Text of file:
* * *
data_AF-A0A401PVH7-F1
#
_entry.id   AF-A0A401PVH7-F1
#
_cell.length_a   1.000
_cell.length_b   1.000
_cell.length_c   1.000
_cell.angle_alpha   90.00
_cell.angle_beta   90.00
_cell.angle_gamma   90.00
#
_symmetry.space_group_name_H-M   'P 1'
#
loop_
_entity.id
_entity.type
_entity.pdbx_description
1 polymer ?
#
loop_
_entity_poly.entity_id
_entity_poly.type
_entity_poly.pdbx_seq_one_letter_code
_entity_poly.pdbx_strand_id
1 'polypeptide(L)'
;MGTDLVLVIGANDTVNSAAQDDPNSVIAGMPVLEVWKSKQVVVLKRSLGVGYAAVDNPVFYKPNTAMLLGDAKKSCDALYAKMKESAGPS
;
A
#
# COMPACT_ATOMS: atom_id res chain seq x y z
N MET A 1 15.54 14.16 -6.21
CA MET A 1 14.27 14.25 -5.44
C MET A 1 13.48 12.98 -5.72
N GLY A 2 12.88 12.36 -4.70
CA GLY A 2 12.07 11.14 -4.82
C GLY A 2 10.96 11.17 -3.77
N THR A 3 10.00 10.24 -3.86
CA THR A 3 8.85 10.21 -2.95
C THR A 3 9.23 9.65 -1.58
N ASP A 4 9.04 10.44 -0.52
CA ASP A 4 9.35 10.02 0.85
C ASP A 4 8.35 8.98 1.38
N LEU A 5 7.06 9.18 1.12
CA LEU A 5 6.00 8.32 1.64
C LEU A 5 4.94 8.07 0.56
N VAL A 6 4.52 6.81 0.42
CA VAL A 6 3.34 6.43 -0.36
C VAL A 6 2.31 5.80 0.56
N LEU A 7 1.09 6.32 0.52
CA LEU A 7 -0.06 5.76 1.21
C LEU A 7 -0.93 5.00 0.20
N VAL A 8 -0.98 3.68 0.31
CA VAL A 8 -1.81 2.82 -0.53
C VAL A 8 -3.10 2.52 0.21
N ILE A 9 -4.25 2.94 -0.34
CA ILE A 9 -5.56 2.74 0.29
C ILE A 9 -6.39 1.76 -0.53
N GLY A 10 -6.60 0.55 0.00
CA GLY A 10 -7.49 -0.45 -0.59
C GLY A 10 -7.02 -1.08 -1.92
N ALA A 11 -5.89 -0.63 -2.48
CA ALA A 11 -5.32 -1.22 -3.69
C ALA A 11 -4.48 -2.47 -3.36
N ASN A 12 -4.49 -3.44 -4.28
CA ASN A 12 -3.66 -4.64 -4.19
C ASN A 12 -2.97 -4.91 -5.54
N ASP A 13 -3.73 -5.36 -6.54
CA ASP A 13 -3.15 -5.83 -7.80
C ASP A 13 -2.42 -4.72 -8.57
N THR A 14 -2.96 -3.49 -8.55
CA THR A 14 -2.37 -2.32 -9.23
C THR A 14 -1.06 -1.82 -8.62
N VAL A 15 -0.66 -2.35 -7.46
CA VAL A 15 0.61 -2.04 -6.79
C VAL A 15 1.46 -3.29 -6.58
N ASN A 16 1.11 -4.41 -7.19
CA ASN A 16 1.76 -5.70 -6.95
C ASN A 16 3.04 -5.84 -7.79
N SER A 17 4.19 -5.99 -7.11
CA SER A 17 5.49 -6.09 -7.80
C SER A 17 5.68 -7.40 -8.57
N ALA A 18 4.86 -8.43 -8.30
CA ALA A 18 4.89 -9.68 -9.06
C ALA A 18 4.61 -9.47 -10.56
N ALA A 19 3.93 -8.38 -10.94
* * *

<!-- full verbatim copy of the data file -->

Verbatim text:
data_AF-A0A401PVH7-F1
#
_entry.id   AF-A0A401PVH7-F1
#
_cell.length_a   1.000
_cell.length_b   1.000
_cell.length_c   1.000
_cell.angle_alpha   90.00
_cell.angle_beta   90.00
_cell.angle_gamma   90.00
#
_symmetry.space_group_name_H-M   'P 1'
#
loop_
_entity.id
_entity.type
_entity.pdbx_description
1 polymer ?
#
loop_
_entity_poly.entity_id
_entity_poly.type
_entity_poly.pdbx_seq_one_letter_code
_entity_poly.pdbx_strand_id
1 'polypeptide(L)'
;MGTDLVLVIGANDTVNSAAQDDPNSVIAGMPVLEVWKSKQVVVLKRSLGVGYAAVDNPVFYKPNTAMLLGDAKKSCDALYAKMKESAGPS
;
A
#
# COMPACT_ATOMS: atom_id res chain seq x y z
N MET A 1 15.54 14.16 -6.21
CA MET A 1 14.27 14.25 -5.44
C MET A 1 13.48 12.98 -5.72
N GLY A 2 12.88 12.36 -4.70
CA GLY A 2 12.07 11.14 -4.82
C GLY A 2 10.96 11.17 -3.77
N THR A 3 10.00 10.24 -3.86
CA THR A 3 8.85 10.21 -2.95
C THR A 3 9.23 9.65 -1.58
N ASP A 4 9.04 10.44 -0.52
CA ASP A 4 9.35 10.02 0.85
C ASP A 4 8.35 8.98 1.38
N LEU A 5 7.06 9.18 1.12
CA LEU A 5 6.00 8.32 1.64
C LEU A 5 4.94 8.07 0.56
N VAL A 6 4.52 6.81 0.42
CA VAL A 6 3.34 6.43 -0.36
C VAL A 6 2.31 5.80 0.56
N LEU A 7 1.09 6.32 0.52
CA LEU A 7 -0.06 5.76 1.21
C LEU A 7 -0.93 5.00 0.20
N VAL A 8 -0.98 3.68 0.31
CA VAL A 8 -1.81 2.82 -0.53
C VAL A 8 -3.10 2.52 0.21
N ILE A 9 -4.25 2.94 -0.34
CA ILE A 9 -5.56 2.74 0.29
C ILE A 9 -6.39 1.76 -0.53
N GLY A 10 -6.60 0.55 0.00
CA GLY A 10 -7.49 -0.45 -0.59
C GLY A 10 -7.02 -1.08 -1.92
N ALA A 11 -5.89 -0.63 -2.48
CA ALA A 11 -5.32 -1.22 -3.69
C ALA A 11 -4.48 -2.47 -3.36
N ASN A 12 -4.49 -3.44 -4.28
CA ASN A 12 -3.66 -4.64 -4.19
C ASN A 12 -2.97 -4.91 -5.54
N ASP A 13 -3.73 -5.36 -6.54
CA ASP A 13 -3.15 -5.83 -7.80
C ASP A 13 -2.42 -4.72 -8.57
N THR A 14 -2.96 -3.49 -8.55
CA THR A 14 -2.37 -2.32 -9.23
C THR A 14 -1.06 -1.82 -8.62
N VAL A 15 -0.66 -2.35 -7.46
CA VAL A 15 0.61 -2.04 -6.79
C VAL A 15 1.46 -3.29 -6.58
N ASN A 16 1.11 -4.41 -7.19
CA ASN A 16 1.76 -5.70 -6.95
C ASN A 16 3.04 -5.84 -7.79
N SER A 17 4.19 -5.99 -7.11
CA SER A 17 5.49 -6.09 -7.80
C SER A 17 5.68 -7.40 -8.57
N ALA A 18 4.86 -8.43 -8.30
CA ALA A 18 4.89 -9.68 -9.06
C ALA A 18 4.61 -9.47 -10.56
N ALA A 19 3.93 -8.38 -10.94